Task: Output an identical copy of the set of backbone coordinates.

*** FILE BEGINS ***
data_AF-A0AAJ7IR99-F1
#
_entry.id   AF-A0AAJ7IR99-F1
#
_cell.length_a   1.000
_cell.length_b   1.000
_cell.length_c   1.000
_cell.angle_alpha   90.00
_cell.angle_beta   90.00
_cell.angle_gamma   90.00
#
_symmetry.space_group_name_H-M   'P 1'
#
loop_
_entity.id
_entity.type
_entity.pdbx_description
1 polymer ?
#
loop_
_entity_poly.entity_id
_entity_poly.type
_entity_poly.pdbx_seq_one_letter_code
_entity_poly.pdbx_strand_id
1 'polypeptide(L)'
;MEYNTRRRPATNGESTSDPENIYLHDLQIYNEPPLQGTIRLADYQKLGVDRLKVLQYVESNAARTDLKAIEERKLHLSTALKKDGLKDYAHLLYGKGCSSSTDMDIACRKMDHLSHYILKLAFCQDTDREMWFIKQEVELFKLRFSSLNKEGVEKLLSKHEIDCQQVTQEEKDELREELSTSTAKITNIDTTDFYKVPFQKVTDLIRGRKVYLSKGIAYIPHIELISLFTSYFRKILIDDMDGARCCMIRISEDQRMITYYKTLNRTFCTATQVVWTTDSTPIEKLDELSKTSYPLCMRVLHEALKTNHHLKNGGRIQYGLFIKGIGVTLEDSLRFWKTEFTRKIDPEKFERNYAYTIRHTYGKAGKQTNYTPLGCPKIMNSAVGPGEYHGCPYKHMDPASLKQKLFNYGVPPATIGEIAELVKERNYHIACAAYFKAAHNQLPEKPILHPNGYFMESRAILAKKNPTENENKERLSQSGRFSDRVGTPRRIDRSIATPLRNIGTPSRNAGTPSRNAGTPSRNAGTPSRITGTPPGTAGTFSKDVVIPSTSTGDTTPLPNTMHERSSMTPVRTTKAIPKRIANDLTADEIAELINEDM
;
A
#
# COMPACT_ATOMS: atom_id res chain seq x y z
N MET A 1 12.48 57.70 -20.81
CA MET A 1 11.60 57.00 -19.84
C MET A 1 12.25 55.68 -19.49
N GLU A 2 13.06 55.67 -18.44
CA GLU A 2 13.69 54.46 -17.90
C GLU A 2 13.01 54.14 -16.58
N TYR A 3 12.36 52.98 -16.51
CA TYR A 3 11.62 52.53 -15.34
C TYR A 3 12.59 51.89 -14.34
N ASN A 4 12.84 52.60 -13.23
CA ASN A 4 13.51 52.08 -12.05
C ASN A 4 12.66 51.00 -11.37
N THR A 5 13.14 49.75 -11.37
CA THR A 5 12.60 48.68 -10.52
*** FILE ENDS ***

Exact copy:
data_AF-A0AAJ7IR99-F1
#
_entry.id   AF-A0AAJ7IR99-F1
#
_cell.length_a   1.000
_cell.length_b   1.000
_cell.length_c   1.000
_cell.angle_alpha   90.00
_cell.angle_beta   90.00
_cell.angle_gamma   90.00
#
_symmetry.space_group_name_H-M   'P 1'
#
loop_
_entity.id
_entity.type
_entity.pdbx_description
1 polymer ?
#
loop_
_entity_poly.entity_id
_entity_poly.type
_entity_poly.pdbx_seq_one_letter_code
_entity_poly.pdbx_strand_id
1 'polypeptide(L)'
;MEYNTRRRPATNGESTSDPENIYLHDLQIYNEPPLQGTIRLADYQKLGVDRLKVLQYVESNAARTDLKAIEERKLHLSTALKKDGLKDYAHLLYGKGCSSSTDMDIACRKMDHLSHYILKLAFCQDTDREMWFIKQEVELFKLRFSSLNKEGVEKLLSKHEIDCQQVTQEEKDELREELSTSTAKITNIDTTDFYKVPFQKVTDLIRGRKVYLSKGIAYIPHIELISLFTSYFRKILIDDMDGARCCMIRISEDQRMITYYKTLNRTFCTATQVVWTTDSTPIEKLDELSKTSYPLCMRVLHEALKTNHHLKNGGRIQYGLFIKGIGVTLEDSLRFWKTEFTRKIDPEKFERNYAYTIRHTYGKAGKQTNYTPLGCPKIMNSAVGPGEYHGCPYKHMDPASLKQKLFNYGVPPATIGEIAELVKERNYHIACAAYFKAAHNQLPEKPILHPNGYFMESRAILAKKNPTENENKERLSQSGRFSDRVGTPRRIDRSIATPLRNIGTPSRNAGTPSRNAGTPSRNAGTPSRITGTPPGTAGTFSKDVVIPSTSTGDTTPLPNTMHERSSMTPVRTTKAIPKRIANDLTADEIAELINEDM
;
A
#
# COMPACT_ATOMS: atom_id res chain seq x y z
N MET A 1 12.48 57.70 -20.81
CA MET A 1 11.60 57.00 -19.84
C MET A 1 12.25 55.68 -19.49
N GLU A 2 13.06 55.67 -18.44
CA GLU A 2 13.69 54.46 -17.90
C GLU A 2 13.01 54.14 -16.58
N TYR A 3 12.36 52.98 -16.51
CA TYR A 3 11.62 52.53 -15.34
C TYR A 3 12.59 51.89 -14.34
N ASN A 4 12.84 52.60 -13.23
CA ASN A 4 13.51 52.08 -12.05
C ASN A 4 12.66 51.00 -11.37
N THR A 5 13.14 49.75 -11.37
CA THR A 5 12.60 48.68 -10.52